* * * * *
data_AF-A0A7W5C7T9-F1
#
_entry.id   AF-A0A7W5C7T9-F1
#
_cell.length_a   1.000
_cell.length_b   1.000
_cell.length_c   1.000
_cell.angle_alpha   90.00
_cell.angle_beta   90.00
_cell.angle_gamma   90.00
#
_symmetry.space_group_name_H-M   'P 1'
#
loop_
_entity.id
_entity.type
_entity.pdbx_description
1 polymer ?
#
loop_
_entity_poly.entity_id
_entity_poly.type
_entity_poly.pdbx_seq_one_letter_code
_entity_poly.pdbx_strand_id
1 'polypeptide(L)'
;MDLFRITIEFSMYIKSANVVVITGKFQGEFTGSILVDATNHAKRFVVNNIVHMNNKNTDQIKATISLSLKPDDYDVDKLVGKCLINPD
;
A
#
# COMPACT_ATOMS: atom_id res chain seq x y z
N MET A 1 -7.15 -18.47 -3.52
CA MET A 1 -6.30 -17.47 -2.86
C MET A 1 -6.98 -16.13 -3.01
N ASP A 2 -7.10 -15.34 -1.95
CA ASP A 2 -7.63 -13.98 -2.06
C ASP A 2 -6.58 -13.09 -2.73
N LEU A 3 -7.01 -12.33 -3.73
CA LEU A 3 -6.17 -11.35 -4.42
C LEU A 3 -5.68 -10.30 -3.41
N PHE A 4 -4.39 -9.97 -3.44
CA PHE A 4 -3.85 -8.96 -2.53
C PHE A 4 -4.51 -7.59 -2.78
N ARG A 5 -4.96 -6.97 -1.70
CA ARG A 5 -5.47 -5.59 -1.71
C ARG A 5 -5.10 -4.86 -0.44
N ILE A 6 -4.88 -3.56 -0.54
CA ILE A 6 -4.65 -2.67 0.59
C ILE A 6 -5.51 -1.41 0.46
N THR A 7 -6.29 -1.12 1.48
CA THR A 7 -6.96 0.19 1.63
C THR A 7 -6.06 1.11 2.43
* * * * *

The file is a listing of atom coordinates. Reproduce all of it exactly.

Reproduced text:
data_AF-A0A7W5C7T9-F1
#
_entry.id   AF-A0A7W5C7T9-F1
#
_cell.length_a   1.000
_cell.length_b   1.000
_cell.length_c   1.000
_cell.angle_alpha   90.00
_cell.angle_beta   90.00
_cell.angle_gamma   90.00
#
_symmetry.space_group_name_H-M   'P 1'
#
loop_
_entity.id
_entity.type
_entity.pdbx_description
1 polymer ?
#
loop_
_entity_poly.entity_id
_entity_poly.type
_entity_poly.pdbx_seq_one_letter_code
_entity_poly.pdbx_strand_id
1 'polypeptide(L)'
;MDLFRITIEFSMYIKSANVVVITGKFQGEFTGSILVDATNHAKRFVVNNIVHMNNKNTDQIKATISLSLKPDDYDVDKLVGKCLINPD
;
A
#
# COMPACT_ATOMS: atom_id res chain seq x y z
N MET A 1 -7.15 -18.47 -3.52
CA MET A 1 -6.30 -17.47 -2.86
C MET A 1 -6.98 -16.13 -3.01
N ASP A 2 -7.10 -15.34 -1.95
CA ASP A 2 -7.63 -13.98 -2.06
C ASP A 2 -6.58 -13.09 -2.73
N LEU A 3 -7.01 -12.33 -3.73
CA LEU A 3 -6.17 -11.35 -4.42
C LEU A 3 -5.68 -10.30 -3.41
N PHE A 4 -4.39 -9.97 -3.44
CA PHE A 4 -3.85 -8.96 -2.53
C PHE A 4 -4.51 -7.59 -2.78
N ARG A 5 -4.96 -6.97 -1.70
CA ARG A 5 -5.47 -5.59 -1.71
C ARG A 5 -5.10 -4.86 -0.44
N ILE A 6 -4.88 -3.56 -0.54
CA ILE A 6 -4.65 -2.67 0.59
C ILE A 6 -5.51 -1.41 0.46
N THR A 7 -6.29 -1.12 1.48
CA THR A 7 -6.96 0.19 1.63
C THR A 7 -6.06 1.11 2.43